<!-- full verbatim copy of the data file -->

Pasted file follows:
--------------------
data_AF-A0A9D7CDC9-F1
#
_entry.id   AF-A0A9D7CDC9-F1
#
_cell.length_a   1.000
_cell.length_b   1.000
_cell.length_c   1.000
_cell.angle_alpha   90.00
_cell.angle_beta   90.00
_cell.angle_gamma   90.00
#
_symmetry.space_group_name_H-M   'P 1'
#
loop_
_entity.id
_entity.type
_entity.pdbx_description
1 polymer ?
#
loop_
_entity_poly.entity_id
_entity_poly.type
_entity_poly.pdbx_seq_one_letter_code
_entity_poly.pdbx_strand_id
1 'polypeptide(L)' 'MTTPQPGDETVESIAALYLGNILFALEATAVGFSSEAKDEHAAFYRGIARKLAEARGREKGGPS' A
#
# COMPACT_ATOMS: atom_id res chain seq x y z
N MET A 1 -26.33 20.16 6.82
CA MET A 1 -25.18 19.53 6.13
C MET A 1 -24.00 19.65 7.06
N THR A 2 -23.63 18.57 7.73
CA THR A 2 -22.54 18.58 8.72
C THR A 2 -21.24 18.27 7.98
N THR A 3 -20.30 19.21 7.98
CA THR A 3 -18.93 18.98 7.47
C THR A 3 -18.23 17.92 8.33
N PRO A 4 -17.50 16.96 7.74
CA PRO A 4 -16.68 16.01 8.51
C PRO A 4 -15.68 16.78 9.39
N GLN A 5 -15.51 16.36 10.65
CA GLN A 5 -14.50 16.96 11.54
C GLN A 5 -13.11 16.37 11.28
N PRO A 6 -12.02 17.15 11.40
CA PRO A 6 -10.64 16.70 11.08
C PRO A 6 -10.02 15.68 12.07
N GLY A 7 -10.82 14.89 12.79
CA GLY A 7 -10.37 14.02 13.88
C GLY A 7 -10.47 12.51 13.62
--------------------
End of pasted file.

data_AF-A0A9D7CDC9-F1
#
_entry.id   AF-A0A9D7CDC9-F1
#
_cell.length_a   1.000
_cell.length_b   1.000
_cell.length_c   1.000
_cell.angle_alpha   90.00
_cell.angle_beta   90.00
_cell.angle_gamma   90.00
#
_symmetry.space_group_name_H-M   'P 1'
#
loop_
_entity.id
_entity.type
_entity.pdbx_description
1 polymer ?
#
loop_
_entity_poly.entity_id
_entity_poly.type
_entity_poly.pdbx_seq_one_letter_code
_entity_poly.pdbx_strand_id
1 'polypeptide(L)' 'MTTPQPGDETVESIAALYLGNILFALEATAVGFSSEAKDEHAAFYRGIARKLAEARGREKGGPS' A
#
# COMPACT_ATOMS: atom_id res chain seq x y z
N MET A 1 -26.33 20.16 6.82
CA MET A 1 -25.18 19.53 6.13
C MET A 1 -24.00 19.65 7.06
N THR A 2 -23.63 18.57 7.73
CA THR A 2 -22.54 18.58 8.72
C THR A 2 -21.24 18.27 7.98
N THR A 3 -20.30 19.21 7.98
CA THR A 3 -18.93 18.98 7.47
C THR A 3 -18.23 17.92 8.33
N PRO A 4 -17.50 16.96 7.74
CA PRO A 4 -16.68 16.01 8.51
C PRO A 4 -15.68 16.78 9.39
N GLN A 5 -15.51 16.36 10.65
CA GLN A 5 -14.50 16.96 11.54
C GLN A 5 -13.11 16.37 11.28
N PRO A 6 -12.02 17.15 11.40
CA PRO A 6 -10.64 16.70 11.08
C PRO A 6 -10.02 15.68 12.07
N GLY A 7 -10.82 14.89 12.79
CA GLY A 7 -10.37 14.02 13.88
C GLY A 7 -10.47 12.51 13.62